Child marriage in Bahrain

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Child marriage represents a pressing issue in Bahrain, mirroring a global crisis where, according to the United Nations Children’s Fund (UNICEF)’s Child Marriage database of 2020, 12 million girls are married before the age of 13 each year. Breaking the data down: every minute 23 girls underaged are getting married, which means nearly 1 every 3 seconds.

The numbers highlight the complexity of child marriage in Bahrain, deeply rooted in gender inequality and influenced by poverty, lack of education, and entrenched social norms. In Bahrain, child marriage is more prevalent in economically disadvantaged areas, where it is seen as a means to gain financial security and reduce family costs. Additionally, restricted access to education and low social, political, and economic status reinforce this practice, making girls more vulnerable to exploitation, including human trafficking and child marriage.

Child marriage also happens to avoid scandal and social stigma: parents often marry their daughters to the perpetrator, sometimes for a short duration. In fact, as outlined by the Bahrain Women’s Union, Article 353 of the Penal Code permits offenders of sexual violence to escape punishment by marrying their victims.

International law addresses such multifaceted issues through the implementation of different international law treaties: the United Nations Convention on the Rights of the Child (CRC) together with the Convention on the Elimination of All Forms of Discrimination Against Women (CEDAW) may be identified as the key pieces of legislation.

While the CRC does not explicitly mention child marriage, but focuses on recognizing and protecting several children’s rights which may be eventually hindered or compromised by child marriage; the CEDAW advocates for the elimination of discrimination against women in all matters, including marriage and family relations.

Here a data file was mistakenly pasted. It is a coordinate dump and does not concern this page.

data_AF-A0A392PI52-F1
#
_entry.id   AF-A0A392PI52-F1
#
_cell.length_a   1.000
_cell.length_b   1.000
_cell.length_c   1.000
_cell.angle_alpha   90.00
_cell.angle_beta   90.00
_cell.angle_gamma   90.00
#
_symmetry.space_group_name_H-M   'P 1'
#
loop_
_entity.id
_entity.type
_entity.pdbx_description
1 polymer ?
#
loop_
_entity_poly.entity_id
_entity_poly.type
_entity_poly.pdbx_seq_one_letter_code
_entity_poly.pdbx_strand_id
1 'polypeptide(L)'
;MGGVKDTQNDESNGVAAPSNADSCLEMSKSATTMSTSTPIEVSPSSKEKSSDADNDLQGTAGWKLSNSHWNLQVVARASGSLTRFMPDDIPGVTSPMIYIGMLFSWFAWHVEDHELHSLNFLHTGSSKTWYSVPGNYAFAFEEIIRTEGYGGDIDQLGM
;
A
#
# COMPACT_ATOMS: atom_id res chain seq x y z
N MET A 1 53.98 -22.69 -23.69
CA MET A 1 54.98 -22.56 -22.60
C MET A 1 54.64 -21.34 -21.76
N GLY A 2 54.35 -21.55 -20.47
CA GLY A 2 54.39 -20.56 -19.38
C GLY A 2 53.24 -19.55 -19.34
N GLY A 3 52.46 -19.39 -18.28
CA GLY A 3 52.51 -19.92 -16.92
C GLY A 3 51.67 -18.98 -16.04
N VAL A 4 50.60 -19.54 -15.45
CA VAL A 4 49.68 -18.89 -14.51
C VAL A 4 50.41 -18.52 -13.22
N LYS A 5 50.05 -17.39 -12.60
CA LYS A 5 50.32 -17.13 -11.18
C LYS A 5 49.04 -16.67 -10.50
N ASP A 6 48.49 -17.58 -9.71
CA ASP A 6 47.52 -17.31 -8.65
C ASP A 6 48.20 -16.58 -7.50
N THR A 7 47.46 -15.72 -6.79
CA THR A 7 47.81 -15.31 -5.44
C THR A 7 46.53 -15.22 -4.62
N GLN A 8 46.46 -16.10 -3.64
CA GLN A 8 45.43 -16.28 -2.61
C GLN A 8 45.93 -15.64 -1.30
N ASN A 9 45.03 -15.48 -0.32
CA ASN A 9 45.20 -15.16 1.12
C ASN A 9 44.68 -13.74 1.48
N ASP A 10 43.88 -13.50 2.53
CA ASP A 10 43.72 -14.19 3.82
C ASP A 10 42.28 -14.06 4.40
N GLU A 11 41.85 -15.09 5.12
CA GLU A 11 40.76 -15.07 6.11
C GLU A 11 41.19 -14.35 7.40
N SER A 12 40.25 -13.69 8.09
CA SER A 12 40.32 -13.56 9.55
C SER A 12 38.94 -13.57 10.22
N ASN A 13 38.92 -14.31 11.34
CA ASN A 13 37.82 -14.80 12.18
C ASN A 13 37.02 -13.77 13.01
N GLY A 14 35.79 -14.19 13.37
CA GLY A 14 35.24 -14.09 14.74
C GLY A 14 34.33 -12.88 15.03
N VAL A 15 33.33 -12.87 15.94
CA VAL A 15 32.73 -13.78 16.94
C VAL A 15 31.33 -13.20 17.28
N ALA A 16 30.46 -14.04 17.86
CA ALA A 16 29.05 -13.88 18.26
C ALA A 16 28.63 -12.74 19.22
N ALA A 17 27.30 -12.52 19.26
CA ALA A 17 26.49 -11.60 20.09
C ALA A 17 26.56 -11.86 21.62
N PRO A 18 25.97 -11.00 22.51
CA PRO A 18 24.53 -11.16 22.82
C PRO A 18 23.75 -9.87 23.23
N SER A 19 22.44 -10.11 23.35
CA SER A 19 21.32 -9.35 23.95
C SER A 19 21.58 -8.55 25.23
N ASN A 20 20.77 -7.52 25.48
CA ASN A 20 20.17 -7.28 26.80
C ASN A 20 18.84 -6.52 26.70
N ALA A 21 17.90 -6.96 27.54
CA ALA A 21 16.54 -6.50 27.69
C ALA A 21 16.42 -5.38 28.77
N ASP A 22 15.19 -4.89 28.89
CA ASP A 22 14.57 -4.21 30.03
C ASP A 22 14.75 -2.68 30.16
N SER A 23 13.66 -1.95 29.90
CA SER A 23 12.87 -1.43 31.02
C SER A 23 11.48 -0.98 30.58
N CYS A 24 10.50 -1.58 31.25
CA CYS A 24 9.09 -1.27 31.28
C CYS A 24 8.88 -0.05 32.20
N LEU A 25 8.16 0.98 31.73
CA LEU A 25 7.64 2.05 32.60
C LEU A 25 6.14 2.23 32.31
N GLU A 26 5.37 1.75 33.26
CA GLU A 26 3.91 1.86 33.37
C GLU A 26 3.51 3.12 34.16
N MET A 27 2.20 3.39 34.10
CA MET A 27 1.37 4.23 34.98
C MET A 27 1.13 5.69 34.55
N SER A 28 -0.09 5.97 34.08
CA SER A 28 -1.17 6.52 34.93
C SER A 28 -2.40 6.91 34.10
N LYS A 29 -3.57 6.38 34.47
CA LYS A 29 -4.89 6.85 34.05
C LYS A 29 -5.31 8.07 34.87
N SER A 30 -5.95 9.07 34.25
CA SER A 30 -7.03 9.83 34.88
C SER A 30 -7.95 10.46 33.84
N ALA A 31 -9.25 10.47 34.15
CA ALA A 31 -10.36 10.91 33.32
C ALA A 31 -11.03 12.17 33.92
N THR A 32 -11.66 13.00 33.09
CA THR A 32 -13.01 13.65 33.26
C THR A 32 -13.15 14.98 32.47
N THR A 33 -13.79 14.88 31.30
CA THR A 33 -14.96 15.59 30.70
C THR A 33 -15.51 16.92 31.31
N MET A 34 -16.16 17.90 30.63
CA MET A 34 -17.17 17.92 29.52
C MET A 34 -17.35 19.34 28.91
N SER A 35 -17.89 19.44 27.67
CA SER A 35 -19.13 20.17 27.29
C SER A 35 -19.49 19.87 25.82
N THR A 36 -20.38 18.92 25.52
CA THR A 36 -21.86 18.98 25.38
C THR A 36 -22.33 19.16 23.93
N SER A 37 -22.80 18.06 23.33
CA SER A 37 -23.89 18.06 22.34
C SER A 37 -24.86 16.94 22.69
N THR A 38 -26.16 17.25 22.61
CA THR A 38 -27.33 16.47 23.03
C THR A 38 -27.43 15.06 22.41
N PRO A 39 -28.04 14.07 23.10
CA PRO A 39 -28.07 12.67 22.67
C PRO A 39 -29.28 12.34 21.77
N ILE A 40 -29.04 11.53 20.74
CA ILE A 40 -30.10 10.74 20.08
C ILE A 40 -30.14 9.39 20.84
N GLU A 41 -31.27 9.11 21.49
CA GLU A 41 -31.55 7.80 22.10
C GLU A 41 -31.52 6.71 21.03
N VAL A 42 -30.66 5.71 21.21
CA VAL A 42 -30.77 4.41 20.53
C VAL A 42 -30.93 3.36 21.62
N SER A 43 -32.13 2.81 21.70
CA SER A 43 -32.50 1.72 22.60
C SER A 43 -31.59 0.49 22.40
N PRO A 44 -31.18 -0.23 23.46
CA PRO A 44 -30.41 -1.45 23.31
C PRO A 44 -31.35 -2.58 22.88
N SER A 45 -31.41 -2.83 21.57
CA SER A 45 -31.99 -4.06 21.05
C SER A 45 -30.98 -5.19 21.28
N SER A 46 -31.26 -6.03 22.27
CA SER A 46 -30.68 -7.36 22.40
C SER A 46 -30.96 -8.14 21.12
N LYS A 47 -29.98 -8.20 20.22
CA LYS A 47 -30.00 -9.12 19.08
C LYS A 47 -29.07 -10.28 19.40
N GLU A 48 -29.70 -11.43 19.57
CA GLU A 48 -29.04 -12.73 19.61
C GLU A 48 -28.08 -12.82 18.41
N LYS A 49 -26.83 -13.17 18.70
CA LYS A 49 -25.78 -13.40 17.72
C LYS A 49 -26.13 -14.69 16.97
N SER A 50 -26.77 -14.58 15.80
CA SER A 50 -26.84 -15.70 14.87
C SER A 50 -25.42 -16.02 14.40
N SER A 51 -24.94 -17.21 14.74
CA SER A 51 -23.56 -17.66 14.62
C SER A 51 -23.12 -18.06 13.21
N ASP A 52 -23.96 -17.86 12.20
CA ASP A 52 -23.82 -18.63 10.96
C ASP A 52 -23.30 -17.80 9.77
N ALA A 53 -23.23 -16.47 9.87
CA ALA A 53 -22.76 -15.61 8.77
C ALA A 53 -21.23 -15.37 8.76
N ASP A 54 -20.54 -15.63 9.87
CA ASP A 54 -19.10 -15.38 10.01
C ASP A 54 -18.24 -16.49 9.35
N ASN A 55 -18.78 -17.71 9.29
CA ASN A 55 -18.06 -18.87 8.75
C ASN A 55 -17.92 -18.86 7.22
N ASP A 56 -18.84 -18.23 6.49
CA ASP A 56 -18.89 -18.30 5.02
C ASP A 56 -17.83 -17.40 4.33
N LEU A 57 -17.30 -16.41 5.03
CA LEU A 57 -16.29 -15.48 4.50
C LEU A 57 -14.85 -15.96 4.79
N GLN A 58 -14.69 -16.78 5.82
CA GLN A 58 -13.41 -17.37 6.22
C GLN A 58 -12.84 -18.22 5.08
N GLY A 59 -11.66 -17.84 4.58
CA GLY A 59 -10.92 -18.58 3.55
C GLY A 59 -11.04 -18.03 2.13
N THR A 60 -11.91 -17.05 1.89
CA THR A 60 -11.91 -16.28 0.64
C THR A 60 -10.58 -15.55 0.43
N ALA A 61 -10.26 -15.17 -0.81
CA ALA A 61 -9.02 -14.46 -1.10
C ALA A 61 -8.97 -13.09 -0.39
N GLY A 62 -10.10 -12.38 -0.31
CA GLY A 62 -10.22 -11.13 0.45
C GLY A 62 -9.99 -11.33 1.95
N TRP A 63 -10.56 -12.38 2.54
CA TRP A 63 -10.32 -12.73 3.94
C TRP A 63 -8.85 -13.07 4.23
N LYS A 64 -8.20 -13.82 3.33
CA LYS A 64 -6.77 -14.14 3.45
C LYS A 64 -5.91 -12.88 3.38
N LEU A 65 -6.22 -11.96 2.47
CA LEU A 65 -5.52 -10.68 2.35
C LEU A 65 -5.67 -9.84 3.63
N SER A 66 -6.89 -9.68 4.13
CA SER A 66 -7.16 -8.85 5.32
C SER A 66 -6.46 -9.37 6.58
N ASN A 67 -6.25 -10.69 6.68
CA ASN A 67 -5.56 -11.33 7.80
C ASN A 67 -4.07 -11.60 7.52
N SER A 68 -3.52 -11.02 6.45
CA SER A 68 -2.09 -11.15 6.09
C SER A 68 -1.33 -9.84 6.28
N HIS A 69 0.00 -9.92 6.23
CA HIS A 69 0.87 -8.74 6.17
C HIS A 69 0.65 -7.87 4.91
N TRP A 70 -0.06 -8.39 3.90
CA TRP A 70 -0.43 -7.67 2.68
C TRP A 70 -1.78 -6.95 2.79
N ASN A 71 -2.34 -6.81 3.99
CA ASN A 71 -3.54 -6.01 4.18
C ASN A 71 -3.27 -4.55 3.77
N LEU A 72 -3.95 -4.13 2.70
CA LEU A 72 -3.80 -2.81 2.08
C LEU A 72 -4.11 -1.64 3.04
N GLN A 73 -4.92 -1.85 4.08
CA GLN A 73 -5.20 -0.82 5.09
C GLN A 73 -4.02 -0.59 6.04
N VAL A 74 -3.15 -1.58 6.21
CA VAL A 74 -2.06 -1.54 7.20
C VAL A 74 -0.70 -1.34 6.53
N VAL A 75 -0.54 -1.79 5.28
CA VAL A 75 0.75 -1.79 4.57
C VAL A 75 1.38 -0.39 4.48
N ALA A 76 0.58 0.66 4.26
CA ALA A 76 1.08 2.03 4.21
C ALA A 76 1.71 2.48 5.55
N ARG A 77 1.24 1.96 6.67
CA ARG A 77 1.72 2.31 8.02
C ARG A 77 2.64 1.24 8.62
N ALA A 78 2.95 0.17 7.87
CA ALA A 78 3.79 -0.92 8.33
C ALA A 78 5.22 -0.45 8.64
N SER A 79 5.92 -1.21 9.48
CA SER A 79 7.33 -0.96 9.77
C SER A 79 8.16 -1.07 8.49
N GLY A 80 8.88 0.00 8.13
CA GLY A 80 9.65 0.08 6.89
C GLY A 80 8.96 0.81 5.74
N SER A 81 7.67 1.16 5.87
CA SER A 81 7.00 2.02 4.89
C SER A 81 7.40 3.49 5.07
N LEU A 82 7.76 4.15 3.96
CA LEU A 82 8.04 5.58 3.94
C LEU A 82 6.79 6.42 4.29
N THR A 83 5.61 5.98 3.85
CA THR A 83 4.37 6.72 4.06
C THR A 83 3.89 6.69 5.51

In 2016, UNICEF, with the support of the United Nations Population Fund (UNFPA), launched the Global Programme to End Child Marriage.

Bahrain ratified both the CRC and CEDAW in 1992 and 2002, respectively; and committed to eliminate child marriage by 2030 in line with the Sustainable Development Goals, target 5.3.

The above-mentioned legal frameworks bind the state to ensure free and full consent to marriage, setting a minimum age of 18 years old to get married. Nevertheless, according to Article 20 of the Family Act, the minimum legal age for marriage is still 16 years old, contrary to the one for boys and men which is 18. Moreover, according to the same Article, girls can be married before the age of 16 with the permission of the Sharia Court.

Already in 2014, the CEDAW Committee reiterated its previous recommendation urging the state to raise the minimum age of marriage for girls to 18 years, ensuring gender equality. Once again, in the 2018 Fourth periodic report, the same Committee stressed the need for legislative reform to align the national Family Act with Bahrain’s international responsibilities.

Similarly, in 2019, the CRC Committee recalled its previous recommendations to amend the Family Act to a minimum age of 18 for marriage and to implement all necessary measures, including awareness-raising programs, to eradicate child marriage in accordance with the State party’s obligations under the Convention.

Overall, the issue of child marriage remains persistent and of global concern, not only depriving girls of their childhood but also perpetuating cycles of poverty and gender discrimination. Bahrain, having ratified treaties like the CRC and CEDAW, is committed to eliminating child marriage by 2030. However, its national law still allows girls to marry at the age of 16, with exceptions granted by the Sharia Court for marriages below this age. To truly align with its international obligations and ensure the full protection of girls’ rights, it is crucial for Bahrain to amend its Family Act, setting the minimum legal age for marriage to 18 without exceptions. This legislative change, alongside comprehensive awareness-raising programs, is essential for eradicating child marriage and promoting gender equality in the country.